Trump ain’t no common man. He grew up in a privileged and wealthy background and inherited success–he didn’t make it. He built casinos and hotels that went bankrupt, and made product brands himself that failed. Trump’s background would suggest that he was raised with a mentality that he can get what he wanted, whenever he wanted. That the world was within reach and he had no limitations. Which is what I want to address–his ego.

His ego plays a big role in what he does. It was seen dozens of times throughout the debates. You give him the facts; he says wrong. You tell him that experts reviewed his policies and say they aren’t feasible; he says wrong. You mention a video went viral of him verbally degrading Miss America pageants, and he’ll tell you wrong. You write an article about him and he’ll say wrong and slander. Ironically, he wrote books about being a leader and that discipline is key. From what most of America has seen, he doesn’t have any. So picture this guy in his cabinet and discussing relations with other political leaders. How can you reason with a man totally convinced that he is always right? He wouldn’t make for a good diplomat in foreign relations and even as a President. And it is only one of many things that are concerning about Trump.

Trump likes to criticize Clinton about being flip-floppity as a politician, but the fact that he used to be a die-hard liberal makes him a hypocrite. Not to mention that one minute he’ll call Mexicans rapists and label them as the perpetrators of drug-smuggling, and in the next he will kiss a few buttocks to get minority votes. So who’s to say that Trump’s promise of  “Making America Great Again” will pull through? The fact that Trump supporters repeat this phrase when asked why they rooted for him is appalling. They chose to distrust Clinton, and yet put their faith on Trump wholeheartedly over just four words?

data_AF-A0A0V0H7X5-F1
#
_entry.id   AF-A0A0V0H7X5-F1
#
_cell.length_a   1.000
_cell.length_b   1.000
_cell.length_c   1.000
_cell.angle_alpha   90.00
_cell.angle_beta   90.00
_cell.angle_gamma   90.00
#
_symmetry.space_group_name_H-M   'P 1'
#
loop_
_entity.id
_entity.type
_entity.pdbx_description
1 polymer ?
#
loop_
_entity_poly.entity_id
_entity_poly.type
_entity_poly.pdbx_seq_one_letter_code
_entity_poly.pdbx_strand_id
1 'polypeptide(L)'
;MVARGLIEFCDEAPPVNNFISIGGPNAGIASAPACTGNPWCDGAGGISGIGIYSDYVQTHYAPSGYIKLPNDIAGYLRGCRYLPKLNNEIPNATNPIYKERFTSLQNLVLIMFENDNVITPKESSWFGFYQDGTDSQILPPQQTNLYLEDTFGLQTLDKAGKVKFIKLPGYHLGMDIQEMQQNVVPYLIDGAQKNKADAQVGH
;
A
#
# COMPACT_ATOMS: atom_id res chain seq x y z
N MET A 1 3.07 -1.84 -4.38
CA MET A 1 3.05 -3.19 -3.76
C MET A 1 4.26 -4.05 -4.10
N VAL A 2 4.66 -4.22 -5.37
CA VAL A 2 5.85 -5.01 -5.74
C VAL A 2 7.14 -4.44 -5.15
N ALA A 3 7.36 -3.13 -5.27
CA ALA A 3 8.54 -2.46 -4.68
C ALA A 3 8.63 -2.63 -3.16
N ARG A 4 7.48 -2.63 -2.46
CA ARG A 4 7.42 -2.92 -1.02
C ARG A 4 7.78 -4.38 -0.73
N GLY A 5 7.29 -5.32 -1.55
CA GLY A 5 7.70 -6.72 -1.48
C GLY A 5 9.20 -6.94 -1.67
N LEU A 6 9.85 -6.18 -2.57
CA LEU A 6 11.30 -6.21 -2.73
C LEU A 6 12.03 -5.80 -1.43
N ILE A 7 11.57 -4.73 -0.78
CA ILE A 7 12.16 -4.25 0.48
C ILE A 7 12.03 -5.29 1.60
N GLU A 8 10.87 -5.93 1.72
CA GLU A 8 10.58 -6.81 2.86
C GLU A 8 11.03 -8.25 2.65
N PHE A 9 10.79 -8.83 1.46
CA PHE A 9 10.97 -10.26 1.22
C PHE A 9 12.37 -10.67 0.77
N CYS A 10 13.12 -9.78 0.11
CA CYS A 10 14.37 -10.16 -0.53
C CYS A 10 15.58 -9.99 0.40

Following Trump’s win, protests have erupted all over the nation. From a few thousand gathering in the streets, to high school students in front of city halls. The message is crystal clear: we don’t want you as President Mr. Trump. And this is only the beginning.

Yes, Trump may have won in terms of electoral votes, but the fact of it is that he lost the popular vote. Maybe because we refuse to call him our President is a bit of an act of denial, in the midst of our grief,  but it is a whole different matter considering all the overwhelming cons that come from this outcome.  We can only hope that Trump won’t follow through his considerably unpopular policies and reconsider them.

This is part one of my synopsis of this ego-driven man with an unhealthy obsession with walls.

In the next one, I will provide an analysis of his policies, on why he won, and more potential dangers with him as a President, and some things that we can’t deny that Trump is right about.